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Last Updated : Sep 18, 2020 05:59 PM IST | Source: Moneycontrol.com

UV light can effectively kill virus causing COVID-19, new study suggests

This is the first such study to prove its efficacy against the virus responsible for the current pandemic, according to the researchers. This safer version of UV light may be able to disinfect public spaces and kill the coronavirus.

LIVE updates of the novel coronavirus (COVID-19) pandemic and its impact on India and the world
LIVE updates of the novel coronavirus (COVID-19) pandemic and its impact on India and the world

Ultraviolet C light with a wavelength of 222 nanometres, which is safer to use around humans, effectively kills the SARS-CoV-2, the coronavirus causing COVID-19, new research has shown.

According to the researchers, who belong to Hiroshima University in Japan and have published their findings in the American Journal of Infection Control, this is the first such study to prove its efficacy against the virus responsible for the current pandemic.

An in vitro experiment by the researchers showed that 99.7 percent of the SARS-CoV-2 viral culture was killed after a 30-second exposure to 222 nm UVC irradiation at 0.1 mW/cm2. 

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The tests were conducted using a UVC lamp, which may be used to now disinfect occupied and crowded public spaces from the coronavirus.

COVID-19 Vaccine

Frequently Asked Questions

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How does a vaccine work?

A vaccine works by mimicking a natural infection. A vaccine not only induces immune response to protect people from any future COVID-19 infection, but also helps quickly build herd immunity to put an end to the pandemic. Herd immunity occurs when a sufficient percentage of a population becomes immune to a disease, making the spread of disease from person to person unlikely. The good news is that SARS-CoV-2 virus has been fairly stable, which increases the viability of a vaccine.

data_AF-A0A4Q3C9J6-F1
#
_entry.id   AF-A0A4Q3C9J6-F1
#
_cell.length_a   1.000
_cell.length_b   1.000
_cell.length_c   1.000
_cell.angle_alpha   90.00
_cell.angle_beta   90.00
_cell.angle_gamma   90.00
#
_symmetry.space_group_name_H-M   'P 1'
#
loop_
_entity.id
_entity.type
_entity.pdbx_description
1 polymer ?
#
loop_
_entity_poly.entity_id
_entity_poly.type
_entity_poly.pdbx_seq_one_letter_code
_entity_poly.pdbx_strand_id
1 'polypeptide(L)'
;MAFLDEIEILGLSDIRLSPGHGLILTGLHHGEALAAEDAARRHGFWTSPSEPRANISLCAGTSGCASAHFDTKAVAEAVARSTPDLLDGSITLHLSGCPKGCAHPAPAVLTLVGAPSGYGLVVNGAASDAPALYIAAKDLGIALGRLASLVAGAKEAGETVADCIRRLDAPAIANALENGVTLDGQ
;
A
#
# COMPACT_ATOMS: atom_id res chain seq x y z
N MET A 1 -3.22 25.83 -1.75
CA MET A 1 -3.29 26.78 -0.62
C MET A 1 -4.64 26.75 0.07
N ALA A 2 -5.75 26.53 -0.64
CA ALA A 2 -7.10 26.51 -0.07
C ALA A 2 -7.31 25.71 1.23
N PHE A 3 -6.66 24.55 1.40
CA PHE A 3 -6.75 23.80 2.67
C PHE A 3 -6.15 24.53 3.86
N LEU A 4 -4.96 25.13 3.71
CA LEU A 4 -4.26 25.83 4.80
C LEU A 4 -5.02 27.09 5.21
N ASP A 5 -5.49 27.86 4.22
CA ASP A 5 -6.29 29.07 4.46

How many types of vaccines are there?

There are broadly four types of vaccine — one, a vaccine based on the whole virus (this could be either inactivated, or an attenuated [weakened] virus vaccine); two, a non-replicating viral vector vaccine that uses a benign virus as vector that carries the antigen of SARS-CoV; three, nucleic-acid vaccines that have genetic material like DNA and RNA of antigens like spike protein given to a person, helping human cells decode genetic material and produce the vaccine; and four, protein subunit vaccine wherein the recombinant proteins of SARS-COV-2 along with an adjuvant (booster) is given as a vaccine.

What does it take to develop a vaccine of this kind?

Vaccine development is a long, complex process. Unlike drugs that are given to people with a diseased, vaccines are given to healthy people and also vulnerable sections such as children, pregnant women and the elderly. So rigorous tests are compulsory. History says that the fastest time it took to develop a vaccine is five years, but it usually takes double or sometimes triple that time.

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The researchers have, however, suggested further evaluation of the safety and effectiveness of 222 nm UVC irradiation in killing the virus in real-world surfaces since their study only investigated its efficacy within a lab environment.
First Published on Sep 18, 2020 05:59 pm
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